Mrs Koh also produced receipts for renovations for which the couple had a similar arrangement - she charged the cost to her credit card and he reimbursed her in cash.


Mr Koh had accepted this arrangement because, as a con- struction businessman, he often carried cash.


Although he claimed that the financial contributions were equal, he was given only 20 per cent of the net proceeds from the sale of the matrimonial property, based on what he could prove.


Case 4 (2002)


Mr Ken Loh (not his real name) had a huge inheritance and was worth at least $5 million.


He had no reported income although his wife was convinced he had a viable business. Until the marriage broke down, he had been providing for the family.


However, inheritance is not divisible upon divorce.


Mrs Loh did not keep records of their expensive lifestyle. When the divorce was settled, she was awarded a monthly maintenance sum of $500 as she was found to be financially independent by the court and was unable to produce documentary evidence of higher living expenses provided by her husband, said Ms Lie. This left her feeling short-changed.


4 Keep records of indirect contributions


These include contributions made towards the household and buying assets, said Ms Lie.


It might involve a wife who gave up her career to let her husband pursue his job while she did household chores and looked after the home, aged or sick relatives or dependants.


'Indirect contributions made are taken into consideration for a greater share in the matrimonial assets,' said Ms Lie.


Case 5 (2006)


Ms April Lee (not her real name), a nurse, had a job offer in Australia with good prospects. There were several other career opportunities that she gave up in order to look after the family and enable her husband to pursue his PhD and progress in his career.


Upon divorce, she produced evidence of her loss of opportunities. Her sacrifices and care for the family were taken into consideration and she was given 70 per cent of the matrimonial assets, which amounted to $3 million, although the respective financial contributions were equal, said Ms Lie.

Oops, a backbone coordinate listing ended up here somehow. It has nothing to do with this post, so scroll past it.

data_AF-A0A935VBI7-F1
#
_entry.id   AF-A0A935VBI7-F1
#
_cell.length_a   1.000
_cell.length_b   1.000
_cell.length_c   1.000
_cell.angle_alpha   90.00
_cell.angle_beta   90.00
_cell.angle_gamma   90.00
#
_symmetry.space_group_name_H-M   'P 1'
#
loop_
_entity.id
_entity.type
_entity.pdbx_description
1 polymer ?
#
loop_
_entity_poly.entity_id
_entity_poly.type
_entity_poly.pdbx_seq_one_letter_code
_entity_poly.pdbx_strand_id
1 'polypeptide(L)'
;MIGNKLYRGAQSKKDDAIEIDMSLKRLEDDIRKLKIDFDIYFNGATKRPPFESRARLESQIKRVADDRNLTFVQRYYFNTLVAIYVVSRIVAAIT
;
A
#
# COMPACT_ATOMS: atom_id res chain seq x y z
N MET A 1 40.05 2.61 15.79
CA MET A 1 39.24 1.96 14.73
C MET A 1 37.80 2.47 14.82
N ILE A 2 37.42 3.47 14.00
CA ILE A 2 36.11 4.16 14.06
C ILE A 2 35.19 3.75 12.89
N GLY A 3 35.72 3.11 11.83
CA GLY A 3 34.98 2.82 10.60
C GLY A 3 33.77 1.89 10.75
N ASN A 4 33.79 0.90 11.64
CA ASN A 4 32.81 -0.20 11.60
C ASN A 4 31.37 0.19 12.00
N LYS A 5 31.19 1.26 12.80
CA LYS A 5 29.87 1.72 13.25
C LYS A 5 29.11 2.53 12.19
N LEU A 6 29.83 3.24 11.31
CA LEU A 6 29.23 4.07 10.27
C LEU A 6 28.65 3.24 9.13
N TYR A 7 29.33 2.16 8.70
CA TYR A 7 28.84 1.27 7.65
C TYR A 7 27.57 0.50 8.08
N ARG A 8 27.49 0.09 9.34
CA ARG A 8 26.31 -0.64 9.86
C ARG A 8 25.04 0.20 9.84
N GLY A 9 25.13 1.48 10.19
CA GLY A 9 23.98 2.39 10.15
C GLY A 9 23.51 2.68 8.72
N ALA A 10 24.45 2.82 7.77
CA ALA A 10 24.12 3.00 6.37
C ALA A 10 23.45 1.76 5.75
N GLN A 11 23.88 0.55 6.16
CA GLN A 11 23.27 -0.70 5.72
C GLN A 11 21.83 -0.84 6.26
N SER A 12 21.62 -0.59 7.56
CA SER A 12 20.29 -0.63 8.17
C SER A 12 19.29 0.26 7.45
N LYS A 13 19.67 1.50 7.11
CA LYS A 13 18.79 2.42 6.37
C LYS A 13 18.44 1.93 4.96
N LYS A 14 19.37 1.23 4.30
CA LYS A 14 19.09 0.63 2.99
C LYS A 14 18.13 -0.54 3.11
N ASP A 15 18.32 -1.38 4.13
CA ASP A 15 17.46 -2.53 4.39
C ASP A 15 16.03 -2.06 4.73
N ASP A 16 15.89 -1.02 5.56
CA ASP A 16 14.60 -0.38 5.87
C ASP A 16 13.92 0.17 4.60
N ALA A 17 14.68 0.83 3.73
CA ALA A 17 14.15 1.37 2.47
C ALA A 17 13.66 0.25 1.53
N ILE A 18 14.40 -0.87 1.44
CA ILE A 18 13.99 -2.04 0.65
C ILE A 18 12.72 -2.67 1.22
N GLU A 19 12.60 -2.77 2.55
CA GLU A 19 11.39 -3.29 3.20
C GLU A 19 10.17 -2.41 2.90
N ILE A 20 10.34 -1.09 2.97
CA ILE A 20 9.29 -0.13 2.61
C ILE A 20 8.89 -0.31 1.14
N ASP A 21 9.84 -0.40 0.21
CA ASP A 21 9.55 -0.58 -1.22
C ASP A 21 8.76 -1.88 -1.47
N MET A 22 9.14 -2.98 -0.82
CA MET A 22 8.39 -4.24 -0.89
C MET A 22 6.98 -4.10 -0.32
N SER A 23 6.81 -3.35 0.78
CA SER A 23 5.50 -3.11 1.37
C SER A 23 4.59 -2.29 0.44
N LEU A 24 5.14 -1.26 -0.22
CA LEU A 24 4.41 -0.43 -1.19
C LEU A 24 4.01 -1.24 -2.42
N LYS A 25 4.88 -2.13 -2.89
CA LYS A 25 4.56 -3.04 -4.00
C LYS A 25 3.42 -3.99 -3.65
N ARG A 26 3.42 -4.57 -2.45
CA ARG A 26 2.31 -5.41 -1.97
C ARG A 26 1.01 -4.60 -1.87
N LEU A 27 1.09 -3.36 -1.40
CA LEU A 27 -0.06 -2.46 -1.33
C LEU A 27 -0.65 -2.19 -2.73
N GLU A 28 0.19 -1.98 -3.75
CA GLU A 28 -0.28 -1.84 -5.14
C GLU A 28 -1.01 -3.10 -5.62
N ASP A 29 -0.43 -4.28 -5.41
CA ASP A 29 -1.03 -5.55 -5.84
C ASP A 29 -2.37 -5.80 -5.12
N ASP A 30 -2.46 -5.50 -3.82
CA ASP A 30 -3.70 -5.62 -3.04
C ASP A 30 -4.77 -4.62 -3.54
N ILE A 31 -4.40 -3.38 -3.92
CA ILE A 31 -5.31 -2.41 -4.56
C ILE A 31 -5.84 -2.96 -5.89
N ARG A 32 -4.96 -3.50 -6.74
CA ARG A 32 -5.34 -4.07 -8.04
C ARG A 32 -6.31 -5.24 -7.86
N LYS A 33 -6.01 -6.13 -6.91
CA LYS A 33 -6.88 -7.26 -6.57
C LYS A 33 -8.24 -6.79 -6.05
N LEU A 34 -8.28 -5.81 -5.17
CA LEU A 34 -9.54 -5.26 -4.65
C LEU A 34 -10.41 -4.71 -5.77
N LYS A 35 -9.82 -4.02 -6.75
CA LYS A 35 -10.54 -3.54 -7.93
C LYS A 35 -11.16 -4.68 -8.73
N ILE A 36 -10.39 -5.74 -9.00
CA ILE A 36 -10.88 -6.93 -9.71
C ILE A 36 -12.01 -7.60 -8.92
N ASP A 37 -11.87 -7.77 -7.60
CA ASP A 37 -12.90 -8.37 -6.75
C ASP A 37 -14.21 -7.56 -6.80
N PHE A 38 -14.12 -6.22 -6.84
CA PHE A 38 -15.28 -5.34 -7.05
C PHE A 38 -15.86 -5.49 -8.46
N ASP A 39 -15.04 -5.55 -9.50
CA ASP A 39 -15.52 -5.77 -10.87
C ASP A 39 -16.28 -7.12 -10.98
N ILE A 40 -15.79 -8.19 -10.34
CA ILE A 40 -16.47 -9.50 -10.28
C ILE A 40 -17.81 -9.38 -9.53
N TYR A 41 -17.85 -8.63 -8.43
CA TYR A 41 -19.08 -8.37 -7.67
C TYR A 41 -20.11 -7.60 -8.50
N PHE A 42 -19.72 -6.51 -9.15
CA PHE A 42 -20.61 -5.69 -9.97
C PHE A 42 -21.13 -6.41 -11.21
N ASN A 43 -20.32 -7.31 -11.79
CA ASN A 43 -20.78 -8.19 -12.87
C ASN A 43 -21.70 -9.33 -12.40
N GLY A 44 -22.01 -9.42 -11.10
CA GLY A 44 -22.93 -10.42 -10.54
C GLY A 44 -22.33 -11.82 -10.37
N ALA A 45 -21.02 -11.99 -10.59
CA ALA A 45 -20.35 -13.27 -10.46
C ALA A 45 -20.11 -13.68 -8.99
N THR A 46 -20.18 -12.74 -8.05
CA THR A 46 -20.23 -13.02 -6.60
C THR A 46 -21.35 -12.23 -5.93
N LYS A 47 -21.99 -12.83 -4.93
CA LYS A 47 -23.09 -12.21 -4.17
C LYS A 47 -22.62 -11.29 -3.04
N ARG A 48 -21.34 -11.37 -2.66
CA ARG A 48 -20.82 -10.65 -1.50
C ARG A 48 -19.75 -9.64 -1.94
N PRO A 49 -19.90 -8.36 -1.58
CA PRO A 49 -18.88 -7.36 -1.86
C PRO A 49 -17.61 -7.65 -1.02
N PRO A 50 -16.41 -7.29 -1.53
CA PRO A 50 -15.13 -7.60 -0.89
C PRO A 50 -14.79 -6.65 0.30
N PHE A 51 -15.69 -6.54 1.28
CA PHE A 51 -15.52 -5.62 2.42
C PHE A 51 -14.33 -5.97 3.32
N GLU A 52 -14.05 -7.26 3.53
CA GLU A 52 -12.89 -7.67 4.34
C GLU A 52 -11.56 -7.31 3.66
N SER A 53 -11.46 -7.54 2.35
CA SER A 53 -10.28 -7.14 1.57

5 Update your will


If you have no will and if you die before the divorce is finalised, half your assets will go to your spouse and half to your children. Similarly, update the nomination for CPF funds, failing which your spouse may end up inheriting part of the funds.


Case 6 (2007)


Mr Edward Chin (not his real name), 70, married a 32-year-old woman after his first wife died, but the marriage fell apart.


The young wife originally deserted him, but when she learnt of his death, she returned to claim her share of half his estate, which was worth about $1 million.


He had not made a will, so there was much tension between the wife and the children from the first wife.


The children were convinced their father had wanted to leave all his assets to them, but the laws of intestacy prevailed in the absence of a will, and the second wife was awarded about half his estate.


6 Be clear on ownership of monies in joint accounts


Some spouses may maintain joint accounts with their aged parents or siblings, and the source of the funds may originate wholly or predominantly from the aged parent or sibling.


Ms Lim said that it is important to have proof of where the funds from this joint account came from to avoid having the account become a matrimonial asset.


As long as it is clear to the court that the money in the joint account did not come from either spouse, the account will not be a matrimonial asset to be split upon divorce.


7 Nominal maintenance


In some cases where a lump sum is not appropriate or the husband does not have the means to pay, the wife may let her emotion and pride rule and declare that she needs no maintenance.


This could prove costly as she will not be able to return to the court to ask for maintenance.


A wife should consider asking for nominal maintenance, even if it is just $1 or $10 a month, as it preserves her right to maintenance.


This will keep the door to the court open if she wants to seek a higher amount, so long as she can show a material change in the circumstances, said Mr Singh.




§          These assets are liable to be divided between a couple upon divorce:


§          Those acquired during the marriage by either party, such as Central Provident Fund savings, shares, unit trusts, insurance policies, club memberships, family car, jewellery and savings.


§          Those acquired before the marriage and used or enjoyed by the couple or their children, such as a house.


Those acquired before the marriage and substantially improved during the marriage.


For example, a wife who helps in her husband's business, even though it might have been started before marriage, may claim a share if she played an active part in expanding the company. Matrimonial assets do not include gifts or inheritance given to one member of the couple. An exception is when the gift or inheritance has been substantially improved during the marriage, or if it is the matrimonial home.